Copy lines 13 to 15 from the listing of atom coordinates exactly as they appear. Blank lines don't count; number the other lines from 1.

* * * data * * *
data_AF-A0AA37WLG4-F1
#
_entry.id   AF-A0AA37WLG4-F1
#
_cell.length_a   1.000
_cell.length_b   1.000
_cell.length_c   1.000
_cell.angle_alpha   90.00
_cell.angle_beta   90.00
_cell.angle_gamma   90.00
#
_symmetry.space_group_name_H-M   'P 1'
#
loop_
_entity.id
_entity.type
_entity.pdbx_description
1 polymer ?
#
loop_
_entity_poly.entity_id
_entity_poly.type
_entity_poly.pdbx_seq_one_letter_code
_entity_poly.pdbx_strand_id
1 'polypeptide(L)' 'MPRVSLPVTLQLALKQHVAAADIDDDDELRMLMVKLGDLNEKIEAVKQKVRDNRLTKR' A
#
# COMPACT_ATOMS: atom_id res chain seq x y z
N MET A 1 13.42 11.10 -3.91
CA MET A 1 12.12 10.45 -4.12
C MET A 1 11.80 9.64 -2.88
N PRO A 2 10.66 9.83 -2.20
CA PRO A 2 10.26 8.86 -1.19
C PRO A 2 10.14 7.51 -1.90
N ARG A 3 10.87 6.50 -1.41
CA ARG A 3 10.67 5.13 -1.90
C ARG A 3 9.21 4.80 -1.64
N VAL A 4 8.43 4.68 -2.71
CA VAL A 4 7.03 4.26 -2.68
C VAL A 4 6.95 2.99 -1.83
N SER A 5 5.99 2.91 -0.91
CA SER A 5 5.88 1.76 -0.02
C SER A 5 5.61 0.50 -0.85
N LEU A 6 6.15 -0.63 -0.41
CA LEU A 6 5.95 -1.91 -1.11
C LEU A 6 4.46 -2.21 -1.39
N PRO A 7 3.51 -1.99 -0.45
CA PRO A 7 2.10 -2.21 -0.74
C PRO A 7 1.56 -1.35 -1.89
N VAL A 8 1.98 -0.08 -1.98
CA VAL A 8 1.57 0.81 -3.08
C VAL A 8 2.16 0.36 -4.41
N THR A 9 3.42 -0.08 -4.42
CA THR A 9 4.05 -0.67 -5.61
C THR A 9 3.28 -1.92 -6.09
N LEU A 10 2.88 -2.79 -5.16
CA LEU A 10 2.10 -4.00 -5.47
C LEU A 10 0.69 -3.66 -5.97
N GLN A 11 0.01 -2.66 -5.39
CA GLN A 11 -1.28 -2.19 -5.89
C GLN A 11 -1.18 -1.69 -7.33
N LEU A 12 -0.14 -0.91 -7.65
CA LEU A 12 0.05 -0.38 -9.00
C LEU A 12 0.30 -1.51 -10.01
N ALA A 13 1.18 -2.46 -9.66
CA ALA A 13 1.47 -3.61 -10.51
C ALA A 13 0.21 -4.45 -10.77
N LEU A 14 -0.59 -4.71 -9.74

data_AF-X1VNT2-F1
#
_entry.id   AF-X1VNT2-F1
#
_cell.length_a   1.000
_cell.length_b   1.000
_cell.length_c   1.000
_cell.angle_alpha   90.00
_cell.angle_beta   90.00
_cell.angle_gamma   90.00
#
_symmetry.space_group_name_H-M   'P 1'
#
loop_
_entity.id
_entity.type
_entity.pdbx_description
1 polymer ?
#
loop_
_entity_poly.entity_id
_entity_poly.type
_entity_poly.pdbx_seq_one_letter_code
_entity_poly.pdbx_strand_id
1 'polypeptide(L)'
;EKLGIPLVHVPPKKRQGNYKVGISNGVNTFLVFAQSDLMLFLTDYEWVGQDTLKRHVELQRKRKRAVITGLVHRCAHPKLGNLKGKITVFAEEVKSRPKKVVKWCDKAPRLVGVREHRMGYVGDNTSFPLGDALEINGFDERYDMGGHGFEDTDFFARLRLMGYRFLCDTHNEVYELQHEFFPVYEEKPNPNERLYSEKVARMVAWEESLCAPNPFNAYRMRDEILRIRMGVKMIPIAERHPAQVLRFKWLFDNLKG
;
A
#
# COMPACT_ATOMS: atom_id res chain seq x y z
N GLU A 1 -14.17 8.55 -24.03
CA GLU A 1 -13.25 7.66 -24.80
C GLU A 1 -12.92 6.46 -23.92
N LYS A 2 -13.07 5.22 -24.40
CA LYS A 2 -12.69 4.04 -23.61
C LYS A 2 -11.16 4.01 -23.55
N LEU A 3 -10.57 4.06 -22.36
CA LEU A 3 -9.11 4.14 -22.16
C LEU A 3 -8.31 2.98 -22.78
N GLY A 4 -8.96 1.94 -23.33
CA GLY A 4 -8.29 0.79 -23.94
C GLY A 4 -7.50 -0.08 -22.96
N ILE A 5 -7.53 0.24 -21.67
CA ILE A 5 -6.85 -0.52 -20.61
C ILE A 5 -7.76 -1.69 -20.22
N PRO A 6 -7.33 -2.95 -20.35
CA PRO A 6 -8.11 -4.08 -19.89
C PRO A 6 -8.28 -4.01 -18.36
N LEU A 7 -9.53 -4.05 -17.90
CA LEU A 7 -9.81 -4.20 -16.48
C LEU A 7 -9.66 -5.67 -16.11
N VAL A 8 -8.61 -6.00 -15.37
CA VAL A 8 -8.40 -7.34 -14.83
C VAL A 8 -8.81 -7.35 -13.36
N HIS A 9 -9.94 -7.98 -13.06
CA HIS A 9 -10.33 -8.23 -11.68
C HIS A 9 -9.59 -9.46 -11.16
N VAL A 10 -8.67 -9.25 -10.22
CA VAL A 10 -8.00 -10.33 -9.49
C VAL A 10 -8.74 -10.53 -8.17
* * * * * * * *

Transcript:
#
loop_
_entity.id